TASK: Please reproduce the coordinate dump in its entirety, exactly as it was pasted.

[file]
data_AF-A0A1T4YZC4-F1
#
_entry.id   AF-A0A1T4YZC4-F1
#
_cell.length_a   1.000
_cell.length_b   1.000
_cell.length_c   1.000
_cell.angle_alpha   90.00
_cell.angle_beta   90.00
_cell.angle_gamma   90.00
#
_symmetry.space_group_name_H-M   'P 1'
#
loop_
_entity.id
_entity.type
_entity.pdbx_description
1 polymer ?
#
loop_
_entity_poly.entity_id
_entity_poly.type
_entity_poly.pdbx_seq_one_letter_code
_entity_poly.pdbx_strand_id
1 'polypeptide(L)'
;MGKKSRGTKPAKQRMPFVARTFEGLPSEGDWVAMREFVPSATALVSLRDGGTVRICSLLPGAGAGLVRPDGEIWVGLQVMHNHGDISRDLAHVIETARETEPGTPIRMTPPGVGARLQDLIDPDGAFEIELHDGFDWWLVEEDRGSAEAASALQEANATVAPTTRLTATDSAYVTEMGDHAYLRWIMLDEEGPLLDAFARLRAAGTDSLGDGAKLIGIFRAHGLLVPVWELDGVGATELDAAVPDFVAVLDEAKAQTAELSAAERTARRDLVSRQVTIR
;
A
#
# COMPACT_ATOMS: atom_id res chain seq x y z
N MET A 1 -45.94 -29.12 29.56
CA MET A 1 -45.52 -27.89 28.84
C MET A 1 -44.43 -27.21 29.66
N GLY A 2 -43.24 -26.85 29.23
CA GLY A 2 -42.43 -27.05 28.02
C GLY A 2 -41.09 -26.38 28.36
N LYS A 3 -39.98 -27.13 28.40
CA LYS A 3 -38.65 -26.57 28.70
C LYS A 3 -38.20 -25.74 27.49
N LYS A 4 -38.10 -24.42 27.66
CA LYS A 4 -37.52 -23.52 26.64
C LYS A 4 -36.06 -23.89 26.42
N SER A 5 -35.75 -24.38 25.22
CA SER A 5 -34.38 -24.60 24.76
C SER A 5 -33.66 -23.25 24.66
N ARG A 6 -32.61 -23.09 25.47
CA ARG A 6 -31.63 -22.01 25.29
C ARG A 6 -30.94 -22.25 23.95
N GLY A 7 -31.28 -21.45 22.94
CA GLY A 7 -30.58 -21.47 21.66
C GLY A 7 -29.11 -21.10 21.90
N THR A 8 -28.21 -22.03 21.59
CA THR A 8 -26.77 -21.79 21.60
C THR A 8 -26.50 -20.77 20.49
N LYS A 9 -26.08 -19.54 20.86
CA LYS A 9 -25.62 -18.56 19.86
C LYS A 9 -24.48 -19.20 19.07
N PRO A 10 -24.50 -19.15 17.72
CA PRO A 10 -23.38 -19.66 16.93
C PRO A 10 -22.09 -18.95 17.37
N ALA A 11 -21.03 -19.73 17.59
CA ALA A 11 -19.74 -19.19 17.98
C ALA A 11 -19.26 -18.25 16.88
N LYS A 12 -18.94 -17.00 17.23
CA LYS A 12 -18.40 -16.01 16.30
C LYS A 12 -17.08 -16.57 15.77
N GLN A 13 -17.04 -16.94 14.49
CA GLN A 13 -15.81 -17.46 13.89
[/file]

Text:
data_AF-A0A1T4YZC4-F1
#
_entry.id   AF-A0A1T4YZC4-F1
#
_cell.length_a   1.000
_cell.length_b   1.000
_cell.length_c   1.000
_cell.angle_alpha   90.00
_cell.angle_beta   90.00
_cell.angle_gamma   90.00
#
_symmetry.space_group_name_H-M   'P 1'
#
loop_
_entity.id
_entity.type
_entity.pdbx_description
1 polymer ?
#
loop_
_entity_poly.entity_id
_entity_poly.type
_entity_poly.pdbx_seq_one_letter_code
_entity_poly.pdbx_strand_id
1 'polypeptide(L)'
;MGKKSRGTKPAKQRMPFVARTFEGLPSEGDWVAMREFVPSATALVSLRDGGTVRICSLLPGAGAGLVRPDGEIWVGLQVMHNHGDISRDLAHVIETARETEPGTPIRMTPPGVGARLQDLIDPDGAFEIELHDGFDWWLVEEDRGSAEAASALQEANATVAPTTRLTATDSAYVTEMGDHAYLRWIMLDEEGPLLDAFARLRAAGTDSLGDGAKLIGIFRAHGLLVPVWELDGVGATELDAAVPDFVAVLDEAKAQTAELSAAERTARRDLVSRQVTIR
;
A
#
# COMPACT_ATOMS: atom_id res chain seq x y z
N MET A 1 -45.94 -29.12 29.56
CA MET A 1 -45.52 -27.89 28.84
C MET A 1 -44.43 -27.21 29.66
N GLY A 2 -43.24 -26.85 29.23
CA GLY A 2 -42.43 -27.05 28.02
C GLY A 2 -41.09 -26.38 28.36
N LYS A 3 -39.98 -27.13 28.40
CA LYS A 3 -38.65 -26.57 28.70
C LYS A 3 -38.20 -25.74 27.49
N LYS A 4 -38.10 -24.42 27.66
CA LYS A 4 -37.52 -23.52 26.64
C LYS A 4 -36.06 -23.89 26.42
N SER A 5 -35.75 -24.38 25.22
CA SER A 5 -34.38 -24.60 24.76
C SER A 5 -33.66 -23.25 24.66
N ARG A 6 -32.61 -23.09 25.47
CA ARG A 6 -31.63 -22.01 25.29
C ARG A 6 -30.94 -22.25 23.95
N GLY A 7 -31.28 -21.45 22.94
CA GLY A 7 -30.58 -21.47 21.66
C GLY A 7 -29.11 -21.10 21.90
N THR A 8 -28.21 -22.03 21.59
CA THR A 8 -26.77 -21.79 21.60
C THR A 8 -26.50 -20.77 20.49
N LYS A 9 -26.08 -19.54 20.86
CA LYS A 9 -25.62 -18.56 19.86
C LYS A 9 -24.48 -19.20 19.07
N PRO A 10 -24.50 -19.15 17.72
CA PRO A 10 -23.38 -19.66 16.93
C PRO A 10 -22.09 -18.95 17.37
N ALA A 11 -21.03 -19.73 17.59
CA ALA A 11 -19.74 -19.19 17.98
C ALA A 11 -19.26 -18.25 16.88
N LYS A 12 -18.94 -17.00 17.23
CA LYS A 12 -18.40 -16.01 16.30
C LYS A 12 -17.08 -16.57 15.77
N GLN A 13 -17.04 -16.94 14.49
CA GLN A 13 -15.81 -17.46 13.89